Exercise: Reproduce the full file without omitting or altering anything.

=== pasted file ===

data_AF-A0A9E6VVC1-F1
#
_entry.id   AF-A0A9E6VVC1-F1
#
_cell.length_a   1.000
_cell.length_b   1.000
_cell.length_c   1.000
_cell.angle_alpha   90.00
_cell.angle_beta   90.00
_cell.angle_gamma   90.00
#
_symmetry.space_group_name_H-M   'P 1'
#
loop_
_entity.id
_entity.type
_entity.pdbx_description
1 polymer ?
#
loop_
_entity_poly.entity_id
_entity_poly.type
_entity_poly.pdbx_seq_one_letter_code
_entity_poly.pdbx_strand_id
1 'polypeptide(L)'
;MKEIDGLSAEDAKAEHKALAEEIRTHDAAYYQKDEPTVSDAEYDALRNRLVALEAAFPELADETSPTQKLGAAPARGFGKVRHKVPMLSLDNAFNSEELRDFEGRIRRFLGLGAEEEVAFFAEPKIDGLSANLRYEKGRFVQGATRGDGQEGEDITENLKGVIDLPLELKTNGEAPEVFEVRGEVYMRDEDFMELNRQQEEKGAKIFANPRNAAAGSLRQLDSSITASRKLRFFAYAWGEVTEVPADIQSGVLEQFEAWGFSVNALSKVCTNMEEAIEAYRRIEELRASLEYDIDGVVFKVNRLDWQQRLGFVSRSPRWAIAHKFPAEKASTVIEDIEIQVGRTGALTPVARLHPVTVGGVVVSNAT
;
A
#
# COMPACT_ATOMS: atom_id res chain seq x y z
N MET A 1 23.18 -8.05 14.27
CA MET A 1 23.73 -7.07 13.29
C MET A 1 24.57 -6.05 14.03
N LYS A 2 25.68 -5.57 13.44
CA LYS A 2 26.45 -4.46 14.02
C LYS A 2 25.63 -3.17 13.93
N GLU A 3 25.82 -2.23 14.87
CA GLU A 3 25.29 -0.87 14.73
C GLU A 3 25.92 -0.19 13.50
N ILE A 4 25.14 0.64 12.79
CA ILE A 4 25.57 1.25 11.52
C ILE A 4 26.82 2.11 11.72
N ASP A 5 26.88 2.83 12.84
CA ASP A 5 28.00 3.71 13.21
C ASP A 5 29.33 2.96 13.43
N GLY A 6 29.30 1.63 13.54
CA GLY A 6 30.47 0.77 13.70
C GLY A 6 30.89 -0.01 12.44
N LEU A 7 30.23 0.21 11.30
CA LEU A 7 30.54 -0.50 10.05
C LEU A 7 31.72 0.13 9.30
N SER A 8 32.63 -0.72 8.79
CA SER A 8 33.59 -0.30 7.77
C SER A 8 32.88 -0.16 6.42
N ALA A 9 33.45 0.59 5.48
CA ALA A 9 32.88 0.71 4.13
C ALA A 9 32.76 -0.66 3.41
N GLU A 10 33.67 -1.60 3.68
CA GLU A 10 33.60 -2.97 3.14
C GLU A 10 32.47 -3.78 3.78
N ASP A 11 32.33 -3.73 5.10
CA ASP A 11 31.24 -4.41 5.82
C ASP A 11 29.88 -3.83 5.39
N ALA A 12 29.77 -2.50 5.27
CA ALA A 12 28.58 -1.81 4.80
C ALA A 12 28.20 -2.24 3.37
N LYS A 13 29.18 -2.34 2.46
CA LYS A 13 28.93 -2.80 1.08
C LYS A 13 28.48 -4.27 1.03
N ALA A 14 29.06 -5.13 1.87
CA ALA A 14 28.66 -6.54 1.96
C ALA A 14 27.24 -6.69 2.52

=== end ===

data_AF-A0A9E6VVC1-F1
#
_entry.id   AF-A0A9E6VVC1-F1
#
_cell.length_a   1.000
_cell.length_b   1.000
_cell.length_c   1.000
_cell.angle_alpha   90.00
_cell.angle_beta   90.00
_cell.angle_gamma   90.00
#
_symmetry.space_group_name_H-M   'P 1'
#
loop_
_entity.id
_entity.type
_entity.pdbx_description
1 polymer ?
#
loop_
_entity_poly.entity_id
_entity_poly.type
_entity_poly.pdbx_seq_one_letter_code
_entity_poly.pdbx_strand_id
1 'polypeptide(L)'
;MKEIDGLSAEDAKAEHKALAEEIRTHDAAYYQKDEPTVSDAEYDALRNRLVALEAAFPELADETSPTQKLGAAPARGFGKVRHKVPMLSLDNAFNSEELRDFEGRIRRFLGLGAEEEVAFFAEPKIDGLSANLRYEKGRFVQGATRGDGQEGEDITENLKGVIDLPLELKTNGEAPEVFEVRGEVYMRDEDFMELNRQQEEKGAKIFANPRNAAAGSLRQLDSSITASRKLRFFAYAWGEVTEVPADIQSGVLEQFEAWGFSVNALSKVCTNMEEAIEAYRRIEELRASLEYDIDGVVFKVNRLDWQQRLGFVSRSPRWAIAHKFPAEKASTVIEDIEIQVGRTGALTPVARLHPVTVGGVVVSNAT
;
A
#
# COMPACT_ATOMS: atom_id res chain seq x y z
N MET A 1 23.18 -8.05 14.27
CA MET A 1 23.73 -7.07 13.29
C MET A 1 24.57 -6.05 14.03
N LYS A 2 25.68 -5.57 13.44
CA LYS A 2 26.45 -4.46 14.02
C LYS A 2 25.63 -3.17 13.93
N GLU A 3 25.82 -2.23 14.87
CA GLU A 3 25.29 -0.87 14.73
C GLU A 3 25.92 -0.19 13.50
N ILE A 4 25.14 0.64 12.79
CA ILE A 4 25.57 1.25 11.52
C ILE A 4 26.82 2.11 11.72
N ASP A 5 26.88 2.83 12.84
CA ASP A 5 28.00 3.71 13.21
C ASP A 5 29.33 2.96 13.43
N GLY A 6 29.30 1.63 13.54
CA GLY A 6 30.47 0.77 13.70
C GLY A 6 30.89 -0.01 12.44
N LEU A 7 30.23 0.21 11.30
CA LEU A 7 30.54 -0.50 10.05
C LEU A 7 31.72 0.13 9.30
N SER A 8 32.63 -0.72 8.79
CA SER A 8 33.59 -0.30 7.77
C SER A 8 32.88 -0.16 6.42
N ALA A 9 33.45 0.59 5.48
CA ALA A 9 32.88 0.71 4.13
C ALA A 9 32.76 -0.66 3.41
N GLU A 10 33.67 -1.60 3.68
CA GLU A 10 33.60 -2.97 3.14
C GLU A 10 32.47 -3.78 3.78
N ASP A 11 32.33 -3.73 5.10
CA ASP A 11 31.24 -4.41 5.82
C ASP A 11 29.88 -3.83 5.39
N ALA A 12 29.77 -2.50 5.27
CA ALA A 12 28.58 -1.81 4.80
C ALA A 12 28.20 -2.24 3.37
N LYS A 13 29.18 -2.34 2.46
CA LYS A 13 28.93 -2.80 1.08
C LYS A 13 28.48 -4.27 1.03
N ALA A 14 29.06 -5.13 1.87
CA ALA A 14 28.66 -6.54 1.96
C ALA A 14 27.24 -6.69 2.52